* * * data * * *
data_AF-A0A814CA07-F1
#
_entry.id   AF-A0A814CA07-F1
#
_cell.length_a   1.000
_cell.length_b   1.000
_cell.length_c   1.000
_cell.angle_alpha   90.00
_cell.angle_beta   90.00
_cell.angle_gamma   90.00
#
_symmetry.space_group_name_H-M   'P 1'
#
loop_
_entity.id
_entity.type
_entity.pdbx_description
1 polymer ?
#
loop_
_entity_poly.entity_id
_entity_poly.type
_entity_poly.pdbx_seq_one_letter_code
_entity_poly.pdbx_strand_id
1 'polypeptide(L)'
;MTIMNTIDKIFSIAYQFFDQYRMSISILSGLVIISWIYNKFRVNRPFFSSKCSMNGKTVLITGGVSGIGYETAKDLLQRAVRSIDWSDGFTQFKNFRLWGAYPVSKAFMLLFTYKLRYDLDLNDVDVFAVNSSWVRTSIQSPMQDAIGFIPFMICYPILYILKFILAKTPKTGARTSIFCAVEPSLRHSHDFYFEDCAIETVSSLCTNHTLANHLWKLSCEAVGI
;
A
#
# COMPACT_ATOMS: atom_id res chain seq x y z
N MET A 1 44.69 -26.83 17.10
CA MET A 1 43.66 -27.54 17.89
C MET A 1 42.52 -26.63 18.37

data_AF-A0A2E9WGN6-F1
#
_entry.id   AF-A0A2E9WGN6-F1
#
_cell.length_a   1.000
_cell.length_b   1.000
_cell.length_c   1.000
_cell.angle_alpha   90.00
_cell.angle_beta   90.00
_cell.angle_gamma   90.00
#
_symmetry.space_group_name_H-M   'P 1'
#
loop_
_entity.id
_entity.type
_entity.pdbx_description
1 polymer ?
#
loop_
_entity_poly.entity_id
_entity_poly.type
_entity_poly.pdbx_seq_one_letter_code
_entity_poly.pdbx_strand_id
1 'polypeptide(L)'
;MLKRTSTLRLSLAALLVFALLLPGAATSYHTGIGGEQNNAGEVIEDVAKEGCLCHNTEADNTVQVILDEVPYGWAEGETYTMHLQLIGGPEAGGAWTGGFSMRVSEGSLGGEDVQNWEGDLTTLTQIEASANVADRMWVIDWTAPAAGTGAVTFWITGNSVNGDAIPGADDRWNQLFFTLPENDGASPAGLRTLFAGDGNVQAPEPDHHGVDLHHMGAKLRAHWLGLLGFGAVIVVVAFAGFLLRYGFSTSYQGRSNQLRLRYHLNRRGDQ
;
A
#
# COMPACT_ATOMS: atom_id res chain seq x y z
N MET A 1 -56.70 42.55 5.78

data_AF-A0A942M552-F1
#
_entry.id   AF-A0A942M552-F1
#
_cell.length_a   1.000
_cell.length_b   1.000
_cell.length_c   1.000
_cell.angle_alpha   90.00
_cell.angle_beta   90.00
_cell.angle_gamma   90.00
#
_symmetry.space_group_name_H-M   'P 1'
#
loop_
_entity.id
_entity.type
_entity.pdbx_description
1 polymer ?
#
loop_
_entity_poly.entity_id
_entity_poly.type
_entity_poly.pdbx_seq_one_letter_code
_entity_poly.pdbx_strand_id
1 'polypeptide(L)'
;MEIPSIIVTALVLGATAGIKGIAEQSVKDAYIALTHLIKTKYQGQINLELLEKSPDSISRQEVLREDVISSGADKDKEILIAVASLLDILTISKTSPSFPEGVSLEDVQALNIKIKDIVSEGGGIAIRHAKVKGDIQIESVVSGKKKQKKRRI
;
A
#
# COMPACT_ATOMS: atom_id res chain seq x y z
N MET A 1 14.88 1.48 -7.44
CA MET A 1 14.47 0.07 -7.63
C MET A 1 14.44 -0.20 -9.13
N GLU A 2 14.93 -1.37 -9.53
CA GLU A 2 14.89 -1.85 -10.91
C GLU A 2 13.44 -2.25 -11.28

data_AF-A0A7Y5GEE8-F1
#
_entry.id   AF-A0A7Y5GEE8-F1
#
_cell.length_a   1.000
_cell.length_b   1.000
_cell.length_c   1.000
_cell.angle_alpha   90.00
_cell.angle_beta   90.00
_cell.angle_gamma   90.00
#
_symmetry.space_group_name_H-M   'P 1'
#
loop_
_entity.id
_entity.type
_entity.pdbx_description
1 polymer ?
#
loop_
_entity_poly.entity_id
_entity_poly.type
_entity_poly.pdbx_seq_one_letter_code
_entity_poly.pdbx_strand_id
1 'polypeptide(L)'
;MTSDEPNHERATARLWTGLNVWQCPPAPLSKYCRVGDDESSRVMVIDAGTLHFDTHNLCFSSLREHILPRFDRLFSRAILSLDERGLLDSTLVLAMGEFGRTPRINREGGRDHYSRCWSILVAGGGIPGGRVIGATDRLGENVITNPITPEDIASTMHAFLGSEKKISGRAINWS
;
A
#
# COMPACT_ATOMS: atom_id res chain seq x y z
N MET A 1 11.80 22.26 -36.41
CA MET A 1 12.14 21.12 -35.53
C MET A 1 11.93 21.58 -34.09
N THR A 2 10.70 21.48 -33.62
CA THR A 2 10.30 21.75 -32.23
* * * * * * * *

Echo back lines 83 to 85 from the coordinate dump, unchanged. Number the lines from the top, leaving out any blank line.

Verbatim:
#
loop_
_entity_poly.entity_id